When one of your opponents has opened with a pre-emptive bid, there is a strong temptation to play his partner for most of the outstanding high cards. With this idea in mind, South went down in Four Spades on this deal when a little more thought should have put him on the right track.

East opened Three Hearts, South overcalled with three Spades, and North raised to game. West led the 2A against Four Spades and continued with the king and another club. Declarer ruffed with dummy's nine but East over-ruffed with his jack and returned a heart to South's ace. Still with the fixed idea that West was the more likely candidate for holding #Q, South drew trumps, cashed one high diamond and, after coming to hand with a heart ruff, finessed #J unsuccessfully.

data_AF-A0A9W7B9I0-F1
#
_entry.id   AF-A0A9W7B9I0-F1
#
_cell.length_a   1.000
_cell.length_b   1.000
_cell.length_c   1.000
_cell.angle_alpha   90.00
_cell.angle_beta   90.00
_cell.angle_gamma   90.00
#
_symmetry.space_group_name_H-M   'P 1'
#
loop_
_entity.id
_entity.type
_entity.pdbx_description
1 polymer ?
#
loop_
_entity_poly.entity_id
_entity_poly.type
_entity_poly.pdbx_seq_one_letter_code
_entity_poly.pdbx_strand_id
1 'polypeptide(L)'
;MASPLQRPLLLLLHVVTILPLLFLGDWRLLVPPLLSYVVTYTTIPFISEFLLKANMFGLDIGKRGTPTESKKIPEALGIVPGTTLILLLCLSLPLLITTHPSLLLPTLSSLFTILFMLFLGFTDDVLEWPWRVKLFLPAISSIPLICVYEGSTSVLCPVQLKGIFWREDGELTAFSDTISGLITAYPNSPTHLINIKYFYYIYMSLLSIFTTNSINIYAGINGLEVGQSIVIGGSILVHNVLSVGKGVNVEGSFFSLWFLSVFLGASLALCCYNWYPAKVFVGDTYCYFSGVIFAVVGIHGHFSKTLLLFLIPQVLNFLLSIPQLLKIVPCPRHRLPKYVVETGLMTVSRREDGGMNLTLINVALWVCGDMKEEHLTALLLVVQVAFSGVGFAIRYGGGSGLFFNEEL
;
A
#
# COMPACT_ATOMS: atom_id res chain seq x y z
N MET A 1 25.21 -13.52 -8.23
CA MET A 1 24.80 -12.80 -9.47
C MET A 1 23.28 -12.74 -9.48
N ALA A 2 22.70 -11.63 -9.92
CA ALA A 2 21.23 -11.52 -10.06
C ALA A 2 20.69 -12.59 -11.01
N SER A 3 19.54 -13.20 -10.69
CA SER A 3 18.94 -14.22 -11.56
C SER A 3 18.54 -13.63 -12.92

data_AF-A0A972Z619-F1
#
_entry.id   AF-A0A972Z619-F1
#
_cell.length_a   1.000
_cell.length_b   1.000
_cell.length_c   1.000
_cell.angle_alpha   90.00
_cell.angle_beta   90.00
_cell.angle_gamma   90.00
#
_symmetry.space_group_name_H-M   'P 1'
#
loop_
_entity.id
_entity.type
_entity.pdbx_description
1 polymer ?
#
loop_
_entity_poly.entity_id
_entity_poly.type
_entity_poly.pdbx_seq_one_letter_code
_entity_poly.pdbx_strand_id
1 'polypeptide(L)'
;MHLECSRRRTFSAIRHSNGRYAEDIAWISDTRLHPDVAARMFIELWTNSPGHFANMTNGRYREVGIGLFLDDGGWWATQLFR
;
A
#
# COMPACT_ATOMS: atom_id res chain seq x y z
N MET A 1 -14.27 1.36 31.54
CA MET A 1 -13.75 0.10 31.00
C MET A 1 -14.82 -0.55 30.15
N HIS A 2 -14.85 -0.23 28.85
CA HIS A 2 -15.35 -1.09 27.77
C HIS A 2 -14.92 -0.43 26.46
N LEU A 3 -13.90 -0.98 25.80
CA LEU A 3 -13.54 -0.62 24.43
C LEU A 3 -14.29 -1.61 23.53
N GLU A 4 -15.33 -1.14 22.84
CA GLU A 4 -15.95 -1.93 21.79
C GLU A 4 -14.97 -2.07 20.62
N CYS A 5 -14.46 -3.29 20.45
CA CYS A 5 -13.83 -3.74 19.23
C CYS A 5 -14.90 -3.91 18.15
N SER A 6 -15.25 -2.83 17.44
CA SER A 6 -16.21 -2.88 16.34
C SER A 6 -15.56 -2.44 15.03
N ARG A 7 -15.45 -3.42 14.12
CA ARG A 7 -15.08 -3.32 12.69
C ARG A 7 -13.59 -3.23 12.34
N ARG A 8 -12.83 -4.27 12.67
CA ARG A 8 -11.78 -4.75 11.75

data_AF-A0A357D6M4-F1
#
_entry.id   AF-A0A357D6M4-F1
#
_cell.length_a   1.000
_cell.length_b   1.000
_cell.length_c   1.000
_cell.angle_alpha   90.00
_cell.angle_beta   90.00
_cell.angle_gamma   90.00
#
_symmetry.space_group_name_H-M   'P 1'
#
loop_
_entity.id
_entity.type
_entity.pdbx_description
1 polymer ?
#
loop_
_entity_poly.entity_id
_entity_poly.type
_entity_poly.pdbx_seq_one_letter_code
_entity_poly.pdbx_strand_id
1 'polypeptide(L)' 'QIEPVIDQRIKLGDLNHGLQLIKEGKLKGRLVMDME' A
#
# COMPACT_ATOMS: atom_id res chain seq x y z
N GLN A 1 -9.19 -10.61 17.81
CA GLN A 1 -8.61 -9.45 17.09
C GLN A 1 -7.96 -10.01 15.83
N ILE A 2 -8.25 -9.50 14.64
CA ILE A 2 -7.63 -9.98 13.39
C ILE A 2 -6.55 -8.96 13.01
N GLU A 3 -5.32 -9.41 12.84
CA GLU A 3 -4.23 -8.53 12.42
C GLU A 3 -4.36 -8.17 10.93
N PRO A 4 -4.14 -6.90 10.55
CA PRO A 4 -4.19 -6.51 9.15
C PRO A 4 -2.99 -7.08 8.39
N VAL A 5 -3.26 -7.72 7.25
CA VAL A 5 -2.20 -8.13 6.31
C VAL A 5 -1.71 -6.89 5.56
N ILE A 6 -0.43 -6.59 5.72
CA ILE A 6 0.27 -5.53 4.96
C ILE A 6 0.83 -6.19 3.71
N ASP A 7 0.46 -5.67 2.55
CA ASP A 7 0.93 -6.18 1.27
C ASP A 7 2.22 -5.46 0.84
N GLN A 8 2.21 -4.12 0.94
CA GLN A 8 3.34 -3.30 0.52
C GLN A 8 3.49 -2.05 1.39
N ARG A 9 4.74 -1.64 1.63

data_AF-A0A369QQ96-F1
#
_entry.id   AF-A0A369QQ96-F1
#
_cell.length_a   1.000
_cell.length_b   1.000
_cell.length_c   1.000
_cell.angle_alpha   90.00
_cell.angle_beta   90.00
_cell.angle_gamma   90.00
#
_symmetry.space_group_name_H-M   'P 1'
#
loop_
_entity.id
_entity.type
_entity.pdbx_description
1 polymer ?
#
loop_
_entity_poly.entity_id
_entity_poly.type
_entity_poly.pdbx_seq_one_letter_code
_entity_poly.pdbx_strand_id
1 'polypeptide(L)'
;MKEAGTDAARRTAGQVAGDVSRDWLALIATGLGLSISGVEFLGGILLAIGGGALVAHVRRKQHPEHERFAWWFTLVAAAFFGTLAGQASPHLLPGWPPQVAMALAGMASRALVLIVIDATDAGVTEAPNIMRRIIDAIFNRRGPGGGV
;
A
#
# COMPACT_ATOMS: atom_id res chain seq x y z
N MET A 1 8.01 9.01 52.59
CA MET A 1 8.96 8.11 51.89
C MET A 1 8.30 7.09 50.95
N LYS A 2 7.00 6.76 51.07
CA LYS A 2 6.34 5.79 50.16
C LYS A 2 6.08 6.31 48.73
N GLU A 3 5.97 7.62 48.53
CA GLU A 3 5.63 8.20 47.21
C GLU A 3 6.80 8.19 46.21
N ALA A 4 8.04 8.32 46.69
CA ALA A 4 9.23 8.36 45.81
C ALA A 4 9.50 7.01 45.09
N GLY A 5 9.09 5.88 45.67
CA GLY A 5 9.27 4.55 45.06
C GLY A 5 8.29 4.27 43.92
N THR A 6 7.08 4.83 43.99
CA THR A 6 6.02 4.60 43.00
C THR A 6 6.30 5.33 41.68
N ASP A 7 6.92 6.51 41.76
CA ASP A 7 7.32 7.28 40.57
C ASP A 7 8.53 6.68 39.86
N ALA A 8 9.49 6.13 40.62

South should have stopped to think. After he had drawn trumps, he knew that East had started with one spade, two clubs and presumably seven hearts for his pre-emptive bid. That left him with three diamonds and, if they included the queen, neither finessing nor playing for the drop would help.

However, East was almost sure to hold the king of hearts, so South should have played off two more rounds of trumps to leave dummy with !Q,7 #A,K while he kept 45 #10,7,3. This would have left East in trouble for a discard from !K,J #Q,8,2. Whether he throws a heart or a diamond, declarer is in a position to establish an extra trick in that suit for his contract.

North-South game; dealer East


49 6 3

!Q 7 4

#A K J 5 4

29 3

West East

48 4 2 4J

!8 3 !K J 10 9 6 5 2

#9 6 #Q 8 2

2A K 10 8 6 5 27 4


4A K Q 10 7 5


#10 7 3

2Q J 2